Detriot Trial of Underwear Bomber to Begin

The trial of Umar Farouk Umadullatab, charged with a failed attempt to bring down an airline en route to Detroit on Christmas Day, begins tomorrow.

The Superseding Indictment is here. All of our coverage is assembled here.

Abdulmutallab is representing himself, with the assistance of standby counsel Anthony Chambers. I wonder how he'll do at cross-examining witnesses. "F. Lee Underpants" for the defense?

Will a conviction on all counts and a life sentence cause Republicans to admit that terror suspects can be successfully prosecuted in federal court? Don't hold your breath. [More...]

And how much will the killing of Anwar al-Awlaki influence the jurors? The media keeps publishing that al-Awlaki was a part of the failed bombing. This comes from law enforcement leaks of his post-arrest statements. But, that's not what he said. He never said al-Awlaki knew about his Christmas Day attack, just that he was his "teacher" and they had met and communicated, something al-Awlaki also acknowledged.

"Brother Mujahid Umar Farouk — may God relieve him — is one of my students, yes," Mr al-Awlaki said in the interview, which al-Jazeera reported on its website on Tuesday. "We had kept in contact but I didn't issue a fatwa to Umar Farouk for this operation."

More on the out of school talking by law enforcment here and here.

The judge has denied Abdulmuttalab's Motion to Suppress Statements (order here.) The jury questionnaire is here.

The judge has granted the Government's motion to preclude expert testimony on mental condition and to preclude a duress defense. She also granted its motion to admit demonstrative evidence regarding Defendant’s explosive device.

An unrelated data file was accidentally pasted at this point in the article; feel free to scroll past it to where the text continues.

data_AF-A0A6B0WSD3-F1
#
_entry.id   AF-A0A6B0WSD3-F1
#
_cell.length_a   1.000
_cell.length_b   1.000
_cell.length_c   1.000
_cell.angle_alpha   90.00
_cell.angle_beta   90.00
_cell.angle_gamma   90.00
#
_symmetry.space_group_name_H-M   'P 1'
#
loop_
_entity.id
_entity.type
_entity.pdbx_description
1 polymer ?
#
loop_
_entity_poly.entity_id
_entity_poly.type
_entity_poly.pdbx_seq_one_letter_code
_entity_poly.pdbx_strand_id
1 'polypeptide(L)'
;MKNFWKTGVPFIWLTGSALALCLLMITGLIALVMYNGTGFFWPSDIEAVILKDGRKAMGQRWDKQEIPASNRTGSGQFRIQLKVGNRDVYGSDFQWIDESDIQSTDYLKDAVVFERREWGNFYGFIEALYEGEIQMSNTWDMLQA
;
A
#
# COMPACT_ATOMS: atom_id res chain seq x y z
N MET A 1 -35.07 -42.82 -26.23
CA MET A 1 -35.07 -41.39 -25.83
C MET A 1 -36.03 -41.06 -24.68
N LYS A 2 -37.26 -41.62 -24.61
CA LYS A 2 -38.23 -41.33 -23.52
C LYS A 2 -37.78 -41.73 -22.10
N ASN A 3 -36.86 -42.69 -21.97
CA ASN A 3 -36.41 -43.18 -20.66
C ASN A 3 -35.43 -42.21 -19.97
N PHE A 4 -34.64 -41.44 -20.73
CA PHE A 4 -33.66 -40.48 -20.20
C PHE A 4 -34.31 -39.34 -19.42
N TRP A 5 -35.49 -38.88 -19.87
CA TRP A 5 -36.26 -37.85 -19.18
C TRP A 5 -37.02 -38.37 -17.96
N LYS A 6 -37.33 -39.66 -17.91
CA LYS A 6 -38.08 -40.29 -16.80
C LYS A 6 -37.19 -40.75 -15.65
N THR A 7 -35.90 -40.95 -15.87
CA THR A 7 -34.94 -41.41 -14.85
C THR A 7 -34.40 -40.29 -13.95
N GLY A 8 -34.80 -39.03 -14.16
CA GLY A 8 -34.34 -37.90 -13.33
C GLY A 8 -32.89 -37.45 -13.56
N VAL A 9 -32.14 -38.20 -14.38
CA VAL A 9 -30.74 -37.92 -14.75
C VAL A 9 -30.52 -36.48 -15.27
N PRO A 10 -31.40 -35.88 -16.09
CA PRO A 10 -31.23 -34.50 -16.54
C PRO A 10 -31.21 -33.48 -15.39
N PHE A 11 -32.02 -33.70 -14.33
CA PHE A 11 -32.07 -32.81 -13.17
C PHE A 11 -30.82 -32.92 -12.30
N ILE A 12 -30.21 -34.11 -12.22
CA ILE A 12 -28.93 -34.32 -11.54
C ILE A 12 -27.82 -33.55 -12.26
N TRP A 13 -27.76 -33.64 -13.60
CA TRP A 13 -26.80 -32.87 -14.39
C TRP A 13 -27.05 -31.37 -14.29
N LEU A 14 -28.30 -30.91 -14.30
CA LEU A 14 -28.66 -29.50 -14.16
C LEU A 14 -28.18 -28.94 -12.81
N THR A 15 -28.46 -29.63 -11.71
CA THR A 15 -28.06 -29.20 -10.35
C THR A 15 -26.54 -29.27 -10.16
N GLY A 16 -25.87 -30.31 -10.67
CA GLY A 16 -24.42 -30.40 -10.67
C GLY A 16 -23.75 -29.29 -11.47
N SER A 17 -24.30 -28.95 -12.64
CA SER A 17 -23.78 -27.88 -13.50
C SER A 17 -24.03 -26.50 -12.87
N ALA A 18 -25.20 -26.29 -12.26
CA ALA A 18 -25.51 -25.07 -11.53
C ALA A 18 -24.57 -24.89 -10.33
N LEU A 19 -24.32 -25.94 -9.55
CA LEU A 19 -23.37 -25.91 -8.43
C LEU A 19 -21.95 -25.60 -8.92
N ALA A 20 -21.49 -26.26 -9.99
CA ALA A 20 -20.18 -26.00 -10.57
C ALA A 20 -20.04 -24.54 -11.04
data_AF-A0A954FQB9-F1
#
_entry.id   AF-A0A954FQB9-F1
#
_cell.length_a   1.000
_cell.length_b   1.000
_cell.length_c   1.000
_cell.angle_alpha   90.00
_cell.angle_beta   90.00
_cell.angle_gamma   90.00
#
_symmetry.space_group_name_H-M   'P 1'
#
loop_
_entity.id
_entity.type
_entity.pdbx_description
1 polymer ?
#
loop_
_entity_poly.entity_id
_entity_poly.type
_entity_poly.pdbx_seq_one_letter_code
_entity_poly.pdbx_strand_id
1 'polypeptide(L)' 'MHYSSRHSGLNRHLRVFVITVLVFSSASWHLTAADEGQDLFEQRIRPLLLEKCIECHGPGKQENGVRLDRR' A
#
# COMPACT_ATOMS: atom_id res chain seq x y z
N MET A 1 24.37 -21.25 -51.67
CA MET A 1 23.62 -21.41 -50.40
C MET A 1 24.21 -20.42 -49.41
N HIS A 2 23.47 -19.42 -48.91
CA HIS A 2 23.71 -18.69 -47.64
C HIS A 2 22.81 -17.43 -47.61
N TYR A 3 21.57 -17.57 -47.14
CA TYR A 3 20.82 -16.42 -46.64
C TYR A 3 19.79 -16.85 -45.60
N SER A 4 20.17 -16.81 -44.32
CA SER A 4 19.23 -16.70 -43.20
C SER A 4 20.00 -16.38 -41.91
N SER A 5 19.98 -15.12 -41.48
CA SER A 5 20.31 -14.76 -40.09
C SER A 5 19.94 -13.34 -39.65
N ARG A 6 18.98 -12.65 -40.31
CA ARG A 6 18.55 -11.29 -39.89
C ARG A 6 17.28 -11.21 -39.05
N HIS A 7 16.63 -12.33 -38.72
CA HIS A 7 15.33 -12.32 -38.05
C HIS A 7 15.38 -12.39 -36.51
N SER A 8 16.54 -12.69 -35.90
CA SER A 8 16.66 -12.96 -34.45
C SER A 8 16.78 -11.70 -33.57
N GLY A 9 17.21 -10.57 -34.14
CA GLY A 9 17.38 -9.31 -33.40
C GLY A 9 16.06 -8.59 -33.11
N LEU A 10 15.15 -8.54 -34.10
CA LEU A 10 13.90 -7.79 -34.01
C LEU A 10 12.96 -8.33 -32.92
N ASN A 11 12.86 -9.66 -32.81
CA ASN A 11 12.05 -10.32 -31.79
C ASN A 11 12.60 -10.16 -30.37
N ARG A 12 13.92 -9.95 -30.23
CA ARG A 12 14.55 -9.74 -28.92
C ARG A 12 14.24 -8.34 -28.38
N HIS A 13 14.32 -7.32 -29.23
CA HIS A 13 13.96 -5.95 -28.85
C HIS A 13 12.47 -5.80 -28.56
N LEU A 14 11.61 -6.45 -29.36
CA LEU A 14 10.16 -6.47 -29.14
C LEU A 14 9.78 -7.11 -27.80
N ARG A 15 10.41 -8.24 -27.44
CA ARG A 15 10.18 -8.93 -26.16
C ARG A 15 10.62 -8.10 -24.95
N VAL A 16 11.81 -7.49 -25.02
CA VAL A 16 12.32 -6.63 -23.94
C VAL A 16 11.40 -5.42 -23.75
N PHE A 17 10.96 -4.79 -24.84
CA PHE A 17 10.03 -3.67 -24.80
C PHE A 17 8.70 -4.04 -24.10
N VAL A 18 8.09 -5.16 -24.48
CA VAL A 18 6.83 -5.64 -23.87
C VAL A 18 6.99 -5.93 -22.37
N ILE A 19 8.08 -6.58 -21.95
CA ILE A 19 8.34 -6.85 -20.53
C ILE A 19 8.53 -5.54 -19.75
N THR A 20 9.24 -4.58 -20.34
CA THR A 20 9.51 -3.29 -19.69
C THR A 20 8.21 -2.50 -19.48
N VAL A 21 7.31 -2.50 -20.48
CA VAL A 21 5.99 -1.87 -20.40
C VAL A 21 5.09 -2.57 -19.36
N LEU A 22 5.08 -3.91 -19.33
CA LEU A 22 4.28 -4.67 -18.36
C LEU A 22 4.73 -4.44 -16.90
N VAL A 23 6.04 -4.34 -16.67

As to evidence about al-Qaeda and terrorists, the Government will be allowed to call an al-Qaeda expert and a martyrdom expert. It can introduce the cover of the Summer, 2010 Inspire Magazine and an article about encryption software, but no other parts.

The government’s motion is GRANTED as to Al-Qaeda expert, martyrdom expert, video segments (1) and (2), redacted cover page of Summer 2010 Inspire magazine and multi-page article about encryption software in Summer 2010 Inspire magazine. The government’s motion is DENIED as to video segment (3) and all other proffered Inspire magazine materials.

The excluded video portrays:

the explosives expert detonating 200 grams of PETN, which is the amount of PETN that the explosives expert believes was in the bomb before it was detonated.

Standby defense counsel had argued:

Here, the government wants to introduce video recordings of demonstrations that were performed in a laboratory and in an open field. Defendant ABDULMUTALLAB allegedly attempted to detonate a bomb on an aircraft. Accordingly,the demonstrationw were not conducted under conditions "substantially similar" to those of the alleged event.

In addition, showing the jury demonstrations of an expert detonating V6 and 200 grams of PETN is unfairly prejudicial, unreliable, and irrelevant. The government has no knowledge of the amount of PETN that Defendant ABDULMUTALLAB had in his bomb. Accordingly, it cannot argue that Defendant ABDULMUTALLAB's bomb would have had the same explosive force as is depicted in the video recordings.